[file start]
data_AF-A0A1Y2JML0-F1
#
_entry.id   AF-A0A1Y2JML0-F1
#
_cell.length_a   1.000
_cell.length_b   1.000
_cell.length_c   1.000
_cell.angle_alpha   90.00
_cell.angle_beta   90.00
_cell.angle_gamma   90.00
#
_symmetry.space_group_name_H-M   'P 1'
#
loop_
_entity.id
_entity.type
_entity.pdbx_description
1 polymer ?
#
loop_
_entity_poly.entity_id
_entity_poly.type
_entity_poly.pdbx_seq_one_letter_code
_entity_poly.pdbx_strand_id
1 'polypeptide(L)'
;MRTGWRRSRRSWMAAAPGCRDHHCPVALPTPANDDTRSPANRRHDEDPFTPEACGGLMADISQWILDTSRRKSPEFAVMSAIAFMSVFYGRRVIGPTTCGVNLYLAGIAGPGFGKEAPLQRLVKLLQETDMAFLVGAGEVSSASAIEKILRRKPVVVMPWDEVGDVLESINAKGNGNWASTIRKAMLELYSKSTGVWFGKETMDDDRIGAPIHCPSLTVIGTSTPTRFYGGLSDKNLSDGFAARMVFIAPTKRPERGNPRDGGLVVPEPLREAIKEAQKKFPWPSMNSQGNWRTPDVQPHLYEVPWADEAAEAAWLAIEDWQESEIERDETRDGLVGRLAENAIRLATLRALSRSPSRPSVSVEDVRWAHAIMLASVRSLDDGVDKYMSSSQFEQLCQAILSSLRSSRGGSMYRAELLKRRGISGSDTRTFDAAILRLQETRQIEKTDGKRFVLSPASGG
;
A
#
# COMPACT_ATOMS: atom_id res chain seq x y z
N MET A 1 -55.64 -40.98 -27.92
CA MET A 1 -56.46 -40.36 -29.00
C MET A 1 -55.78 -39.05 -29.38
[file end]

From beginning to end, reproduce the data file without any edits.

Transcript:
data_AF-A0A1Y2JML0-F1
#
_entry.id   AF-A0A1Y2JML0-F1
#
_cell.length_a   1.000
_cell.length_b   1.000
_cell.length_c   1.000
_cell.angle_alpha   90.00
_cell.angle_beta   90.00
_cell.angle_gamma   90.00
#
_symmetry.space_group_name_H-M   'P 1'
#
loop_
_entity.id
_entity.type
_entity.pdbx_description
1 polymer ?
#
loop_
_entity_poly.entity_id
_entity_poly.type
_entity_poly.pdbx_seq_one_letter_code
_entity_poly.pdbx_strand_id
1 'polypeptide(L)'
;MRTGWRRSRRSWMAAAPGCRDHHCPVALPTPANDDTRSPANRRHDEDPFTPEACGGLMADISQWILDTSRRKSPEFAVMSAIAFMSVFYGRRVIGPTTCGVNLYLAGIAGPGFGKEAPLQRLVKLLQETDMAFLVGAGEVSSASAIEKILRRKPVVVMPWDEVGDVLESINAKGNGNWASTIRKAMLELYSKSTGVWFGKETMDDDRIGAPIHCPSLTVIGTSTPTRFYGGLSDKNLSDGFAARMVFIAPTKRPERGNPRDGGLVVPEPLREAIKEAQKKFPWPSMNSQGNWRTPDVQPHLYEVPWADEAAEAAWLAIEDWQESEIERDETRDGLVGRLAENAIRLATLRALSRSPSRPSVSVEDVRWAHAIMLASVRSLDDGVDKYMSSSQFEQLCQAILSSLRSSRGGSMYRAELLKRRGISGSDTRTFDAAILRLQETRQIEKTDGKRFVLSPASGG
;
A
#
# COMPACT_ATOMS: atom_id res chain seq x y z
N MET A 1 -55.64 -40.98 -27.92
CA MET A 1 -56.46 -40.36 -29.00
C MET A 1 -55.78 -39.05 -29.38